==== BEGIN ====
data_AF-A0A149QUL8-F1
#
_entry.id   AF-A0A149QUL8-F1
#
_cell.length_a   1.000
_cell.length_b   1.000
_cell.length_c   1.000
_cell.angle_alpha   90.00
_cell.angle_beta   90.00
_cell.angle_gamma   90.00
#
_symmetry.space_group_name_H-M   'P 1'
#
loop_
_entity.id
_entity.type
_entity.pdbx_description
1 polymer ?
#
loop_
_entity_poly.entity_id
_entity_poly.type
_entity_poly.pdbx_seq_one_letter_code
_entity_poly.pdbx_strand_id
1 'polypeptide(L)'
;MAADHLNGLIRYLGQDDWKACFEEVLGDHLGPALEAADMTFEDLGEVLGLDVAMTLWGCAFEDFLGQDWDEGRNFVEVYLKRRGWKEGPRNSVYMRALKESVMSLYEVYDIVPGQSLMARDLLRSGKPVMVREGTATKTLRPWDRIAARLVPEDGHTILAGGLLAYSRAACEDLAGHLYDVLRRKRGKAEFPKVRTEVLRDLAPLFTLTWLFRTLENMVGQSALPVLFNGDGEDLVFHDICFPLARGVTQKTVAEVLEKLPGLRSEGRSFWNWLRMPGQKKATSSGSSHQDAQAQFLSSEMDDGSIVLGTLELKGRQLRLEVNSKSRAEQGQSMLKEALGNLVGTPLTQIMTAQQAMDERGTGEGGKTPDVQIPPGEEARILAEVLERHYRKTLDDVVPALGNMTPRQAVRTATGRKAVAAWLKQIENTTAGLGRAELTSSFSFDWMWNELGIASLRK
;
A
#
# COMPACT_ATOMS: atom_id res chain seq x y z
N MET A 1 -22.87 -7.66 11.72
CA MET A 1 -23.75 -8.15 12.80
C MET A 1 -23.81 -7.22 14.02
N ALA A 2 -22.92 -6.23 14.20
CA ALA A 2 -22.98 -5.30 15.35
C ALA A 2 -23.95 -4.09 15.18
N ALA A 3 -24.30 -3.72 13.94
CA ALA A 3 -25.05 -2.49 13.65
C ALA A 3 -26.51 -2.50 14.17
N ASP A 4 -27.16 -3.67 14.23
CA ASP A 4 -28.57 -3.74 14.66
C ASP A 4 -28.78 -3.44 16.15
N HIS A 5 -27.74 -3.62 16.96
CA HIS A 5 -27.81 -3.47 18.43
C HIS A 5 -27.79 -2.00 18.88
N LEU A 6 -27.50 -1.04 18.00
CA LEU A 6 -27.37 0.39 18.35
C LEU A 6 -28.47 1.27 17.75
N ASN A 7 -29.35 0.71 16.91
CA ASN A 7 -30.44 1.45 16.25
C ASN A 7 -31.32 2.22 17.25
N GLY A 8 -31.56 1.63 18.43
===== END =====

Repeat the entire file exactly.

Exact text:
data_AF-A0A149QUL8-F1
#
_entry.id   AF-A0A149QUL8-F1
#
_cell.length_a   1.000
_cell.length_b   1.000
_cell.length_c   1.000
_cell.angle_alpha   90.00
_cell.angle_beta   90.00
_cell.angle_gamma   90.00
#
_symmetry.space_group_name_H-M   'P 1'
#
loop_
_entity.id
_entity.type
_entity.pdbx_description
1 polymer ?
#
loop_
_entity_poly.entity_id
_entity_poly.type
_entity_poly.pdbx_seq_one_letter_code
_entity_poly.pdbx_strand_id
1 'polypeptide(L)'
;MAADHLNGLIRYLGQDDWKACFEEVLGDHLGPALEAADMTFEDLGEVLGLDVAMTLWGCAFEDFLGQDWDEGRNFVEVYLKRRGWKEGPRNSVYMRALKESVMSLYEVYDIVPGQSLMARDLLRSGKPVMVREGTATKTLRPWDRIAARLVPEDGHTILAGGLLAYSRAACEDLAGHLYDVLRRKRGKAEFPKVRTEVLRDLAPLFTLTWLFRTLENMVGQSALPVLFNGDGEDLVFHDICFPLARGVTQKTVAEVLEKLPGLRSEGRSFWNWLRMPGQKKATSSGSSHQDAQAQFLSSEMDDGSIVLGTLELKGRQLRLEVNSKSRAEQGQSMLKEALGNLVGTPLTQIMTAQQAMDERGTGEGGKTPDVQIPPGEEARILAEVLERHYRKTLDDVVPALGNMTPRQAVRTATGRKAVAAWLKQIENTTAGLGRAELTSSFSFDWMWNELGIASLRK
;
A
#
# COMPACT_ATOMS: atom_id res chain seq x y z
N MET A 1 -22.87 -7.66 11.72
CA MET A 1 -23.75 -8.15 12.80
C MET A 1 -23.81 -7.22 14.02
N ALA A 2 -22.92 -6.23 14.20
CA ALA A 2 -22.98 -5.30 15.35
C ALA A 2 -23.95 -4.09 15.18
N ALA A 3 -24.30 -3.72 13.94
CA ALA A 3 -25.05 -2.49 13.65
C ALA A 3 -26.51 -2.50 14.17
N ASP A 4 -27.16 -3.67 14.23
CA ASP A 4 -28.57 -3.74 14.66
C ASP A 4 -28.78 -3.44 16.15
N HIS A 5 -27.74 -3.62 16.96
CA HIS A 5 -27.81 -3.47 18.43
C HIS A 5 -27.79 -2.00 18.88
N LEU A 6 -27.50 -1.04 18.00
CA LEU A 6 -27.37 0.39 18.35
C LEU A 6 -28.47 1.27 17.75
N ASN A 7 -29.35 0.71 16.91
CA ASN A 7 -30.44 1.45 16.25
C ASN A 7 -31.32 2.22 17.25
N GLY A 8 -31.56 1.63 18.43